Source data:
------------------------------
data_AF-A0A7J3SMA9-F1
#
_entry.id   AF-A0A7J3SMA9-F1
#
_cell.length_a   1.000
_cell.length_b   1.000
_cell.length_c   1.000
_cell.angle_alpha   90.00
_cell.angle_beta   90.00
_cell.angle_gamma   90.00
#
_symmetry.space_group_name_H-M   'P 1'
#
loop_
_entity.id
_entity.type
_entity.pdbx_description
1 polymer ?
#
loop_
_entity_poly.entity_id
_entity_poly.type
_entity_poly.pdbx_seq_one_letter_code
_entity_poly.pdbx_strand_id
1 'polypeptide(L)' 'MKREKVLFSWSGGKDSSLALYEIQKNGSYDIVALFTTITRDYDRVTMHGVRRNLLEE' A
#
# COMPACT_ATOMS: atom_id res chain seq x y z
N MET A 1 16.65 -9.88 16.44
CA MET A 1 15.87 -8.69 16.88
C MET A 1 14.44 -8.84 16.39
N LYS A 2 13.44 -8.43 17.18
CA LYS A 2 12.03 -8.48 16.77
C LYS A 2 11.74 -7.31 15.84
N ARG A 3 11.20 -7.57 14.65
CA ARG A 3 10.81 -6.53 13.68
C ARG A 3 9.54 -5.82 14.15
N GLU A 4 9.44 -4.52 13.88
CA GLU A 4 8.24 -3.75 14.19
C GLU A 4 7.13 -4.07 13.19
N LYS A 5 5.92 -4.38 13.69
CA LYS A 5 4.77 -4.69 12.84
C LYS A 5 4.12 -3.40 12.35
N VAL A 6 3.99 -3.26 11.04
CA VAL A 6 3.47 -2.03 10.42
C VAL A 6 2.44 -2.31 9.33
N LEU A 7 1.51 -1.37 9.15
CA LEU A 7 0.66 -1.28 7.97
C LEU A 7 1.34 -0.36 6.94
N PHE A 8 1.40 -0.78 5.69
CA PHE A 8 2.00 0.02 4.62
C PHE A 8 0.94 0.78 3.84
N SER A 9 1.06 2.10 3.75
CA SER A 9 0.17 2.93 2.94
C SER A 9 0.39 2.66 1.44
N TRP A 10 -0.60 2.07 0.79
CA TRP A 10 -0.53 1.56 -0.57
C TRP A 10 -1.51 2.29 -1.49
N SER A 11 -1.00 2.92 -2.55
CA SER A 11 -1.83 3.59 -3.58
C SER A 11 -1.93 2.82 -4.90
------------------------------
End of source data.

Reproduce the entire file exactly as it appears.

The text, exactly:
data_AF-A0A7J3SMA9-F1
#
_entry.id   AF-A0A7J3SMA9-F1
#
_cell.length_a   1.000
_cell.length_b   1.000
_cell.length_c   1.000
_cell.angle_alpha   90.00
_cell.angle_beta   90.00
_cell.angle_gamma   90.00
#
_symmetry.space_group_name_H-M   'P 1'
#
loop_
_entity.id
_entity.type
_entity.pdbx_description
1 polymer ?
#
loop_
_entity_poly.entity_id
_entity_poly.type
_entity_poly.pdbx_seq_one_letter_code
_entity_poly.pdbx_strand_id
1 'polypeptide(L)' 'MKREKVLFSWSGGKDSSLALYEIQKNGSYDIVALFTTITRDYDRVTMHGVRRNLLEE' A
#
# COMPACT_ATOMS: atom_id res chain seq x y z
N MET A 1 16.65 -9.88 16.44
CA MET A 1 15.87 -8.69 16.88
C MET A 1 14.44 -8.84 16.39
N LYS A 2 13.44 -8.43 17.18
CA LYS A 2 12.03 -8.48 16.77
C LYS A 2 11.74 -7.31 15.84
N ARG A 3 11.20 -7.57 14.65
CA ARG A 3 10.81 -6.53 13.68
C ARG A 3 9.54 -5.82 14.15
N GLU A 4 9.44 -4.52 13.88
CA GLU A 4 8.24 -3.75 14.19
C GLU A 4 7.13 -4.07 13.19
N LYS A 5 5.92 -4.38 13.69
CA LYS A 5 4.77 -4.69 12.84
C LYS A 5 4.12 -3.40 12.35
N VAL A 6 3.99 -3.26 11.04
CA VAL A 6 3.47 -2.03 10.42
C VAL A 6 2.44 -2.31 9.33
N LEU A 7 1.51 -1.37 9.15
CA LEU A 7 0.66 -1.28 7.97
C LEU A 7 1.34 -0.36 6.94
N PHE A 8 1.40 -0.78 5.69
CA PHE A 8 2.00 0.02 4.62
C PHE A 8 0.94 0.78 3.84
N SER A 9 1.06 2.10 3.75
CA SER A 9 0.17 2.93 2.94
C SER A 9 0.39 2.66 1.44
N TRP A 10 -0.60 2.07 0.79
CA TRP A 10 -0.53 1.56 -0.57
C TRP A 10 -1.51 2.29 -1.49
N SER A 11 -1.00 2.92 -2.55
CA SER A 11 -1.83 3.59 -3.58
C SER A 11 -1.93 2.82 -4.90